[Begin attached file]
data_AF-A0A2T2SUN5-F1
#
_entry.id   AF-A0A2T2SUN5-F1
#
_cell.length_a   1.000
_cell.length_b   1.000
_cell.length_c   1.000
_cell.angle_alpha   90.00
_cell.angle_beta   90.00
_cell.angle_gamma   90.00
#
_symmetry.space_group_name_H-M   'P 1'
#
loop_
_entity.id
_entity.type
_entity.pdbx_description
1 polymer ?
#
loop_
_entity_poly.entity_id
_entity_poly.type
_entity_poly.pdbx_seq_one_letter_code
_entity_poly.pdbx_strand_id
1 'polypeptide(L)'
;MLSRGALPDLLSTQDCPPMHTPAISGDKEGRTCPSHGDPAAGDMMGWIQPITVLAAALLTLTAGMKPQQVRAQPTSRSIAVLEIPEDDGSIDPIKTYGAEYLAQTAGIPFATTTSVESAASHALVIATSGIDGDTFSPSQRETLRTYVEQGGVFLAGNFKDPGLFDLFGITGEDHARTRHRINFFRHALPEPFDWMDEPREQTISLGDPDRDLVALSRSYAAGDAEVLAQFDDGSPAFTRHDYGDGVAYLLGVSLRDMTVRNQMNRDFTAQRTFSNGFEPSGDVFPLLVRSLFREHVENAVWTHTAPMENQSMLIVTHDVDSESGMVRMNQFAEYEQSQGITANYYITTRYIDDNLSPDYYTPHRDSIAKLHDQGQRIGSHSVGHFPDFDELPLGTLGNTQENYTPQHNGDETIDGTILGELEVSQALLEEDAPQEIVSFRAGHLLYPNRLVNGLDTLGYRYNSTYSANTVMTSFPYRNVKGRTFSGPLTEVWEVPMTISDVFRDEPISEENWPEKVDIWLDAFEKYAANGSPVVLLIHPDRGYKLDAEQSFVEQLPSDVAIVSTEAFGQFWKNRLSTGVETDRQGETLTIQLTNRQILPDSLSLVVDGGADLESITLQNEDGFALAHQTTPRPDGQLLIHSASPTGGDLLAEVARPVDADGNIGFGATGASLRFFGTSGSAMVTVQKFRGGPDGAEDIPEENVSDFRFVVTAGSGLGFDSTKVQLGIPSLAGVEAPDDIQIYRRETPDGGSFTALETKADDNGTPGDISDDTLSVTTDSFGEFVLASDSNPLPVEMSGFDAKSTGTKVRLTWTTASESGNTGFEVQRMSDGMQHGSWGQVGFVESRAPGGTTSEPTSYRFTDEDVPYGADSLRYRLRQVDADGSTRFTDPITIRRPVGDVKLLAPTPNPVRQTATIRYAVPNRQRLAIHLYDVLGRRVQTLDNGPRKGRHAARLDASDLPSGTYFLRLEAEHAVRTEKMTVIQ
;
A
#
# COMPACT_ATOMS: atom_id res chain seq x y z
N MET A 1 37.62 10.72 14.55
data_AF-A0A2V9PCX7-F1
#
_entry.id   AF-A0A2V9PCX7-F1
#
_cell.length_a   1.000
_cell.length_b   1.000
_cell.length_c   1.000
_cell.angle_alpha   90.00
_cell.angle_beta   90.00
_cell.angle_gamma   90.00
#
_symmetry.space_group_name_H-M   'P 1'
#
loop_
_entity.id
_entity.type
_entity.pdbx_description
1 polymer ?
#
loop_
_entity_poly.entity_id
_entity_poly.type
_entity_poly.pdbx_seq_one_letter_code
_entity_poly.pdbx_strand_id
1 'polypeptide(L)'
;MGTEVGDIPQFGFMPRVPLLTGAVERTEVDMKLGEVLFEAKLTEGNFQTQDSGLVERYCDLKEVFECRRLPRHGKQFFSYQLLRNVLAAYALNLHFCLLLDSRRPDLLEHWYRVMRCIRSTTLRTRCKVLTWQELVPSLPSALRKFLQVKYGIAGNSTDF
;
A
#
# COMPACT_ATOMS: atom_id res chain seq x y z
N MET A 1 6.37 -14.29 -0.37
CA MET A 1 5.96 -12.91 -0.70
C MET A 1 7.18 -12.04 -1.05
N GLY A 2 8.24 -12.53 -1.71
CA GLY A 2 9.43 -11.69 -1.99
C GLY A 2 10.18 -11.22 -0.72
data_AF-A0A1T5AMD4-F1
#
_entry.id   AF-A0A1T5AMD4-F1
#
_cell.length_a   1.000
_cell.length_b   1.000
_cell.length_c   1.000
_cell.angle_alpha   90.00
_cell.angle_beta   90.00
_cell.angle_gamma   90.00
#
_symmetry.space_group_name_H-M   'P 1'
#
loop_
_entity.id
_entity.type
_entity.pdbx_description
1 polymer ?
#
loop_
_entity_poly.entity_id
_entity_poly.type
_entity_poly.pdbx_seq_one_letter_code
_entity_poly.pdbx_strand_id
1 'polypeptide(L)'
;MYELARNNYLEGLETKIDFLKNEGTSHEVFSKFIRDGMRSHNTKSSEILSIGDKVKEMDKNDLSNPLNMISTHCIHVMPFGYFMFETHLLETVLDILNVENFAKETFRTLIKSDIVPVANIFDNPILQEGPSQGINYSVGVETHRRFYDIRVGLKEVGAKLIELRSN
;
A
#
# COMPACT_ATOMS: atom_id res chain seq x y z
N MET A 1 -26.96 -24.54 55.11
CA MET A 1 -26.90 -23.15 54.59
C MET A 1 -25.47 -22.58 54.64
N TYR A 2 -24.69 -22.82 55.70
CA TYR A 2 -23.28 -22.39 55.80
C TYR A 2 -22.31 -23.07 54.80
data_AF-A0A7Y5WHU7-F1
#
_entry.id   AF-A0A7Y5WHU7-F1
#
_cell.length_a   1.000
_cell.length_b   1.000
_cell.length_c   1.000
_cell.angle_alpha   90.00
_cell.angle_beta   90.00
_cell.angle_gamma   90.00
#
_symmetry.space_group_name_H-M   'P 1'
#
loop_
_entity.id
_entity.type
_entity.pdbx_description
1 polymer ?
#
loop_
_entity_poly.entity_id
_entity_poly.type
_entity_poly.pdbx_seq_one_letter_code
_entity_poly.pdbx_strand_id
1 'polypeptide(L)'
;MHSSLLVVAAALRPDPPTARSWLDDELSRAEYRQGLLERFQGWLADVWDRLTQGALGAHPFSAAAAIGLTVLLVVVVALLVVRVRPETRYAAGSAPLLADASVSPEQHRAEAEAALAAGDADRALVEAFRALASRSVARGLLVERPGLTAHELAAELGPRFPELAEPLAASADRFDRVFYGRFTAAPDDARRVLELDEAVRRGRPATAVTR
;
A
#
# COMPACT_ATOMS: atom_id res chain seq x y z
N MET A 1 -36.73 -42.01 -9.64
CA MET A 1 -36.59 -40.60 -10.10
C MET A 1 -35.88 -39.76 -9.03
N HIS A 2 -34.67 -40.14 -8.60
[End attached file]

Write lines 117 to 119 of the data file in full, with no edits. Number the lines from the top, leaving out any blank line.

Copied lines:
loop_
_entity.id
_entity.type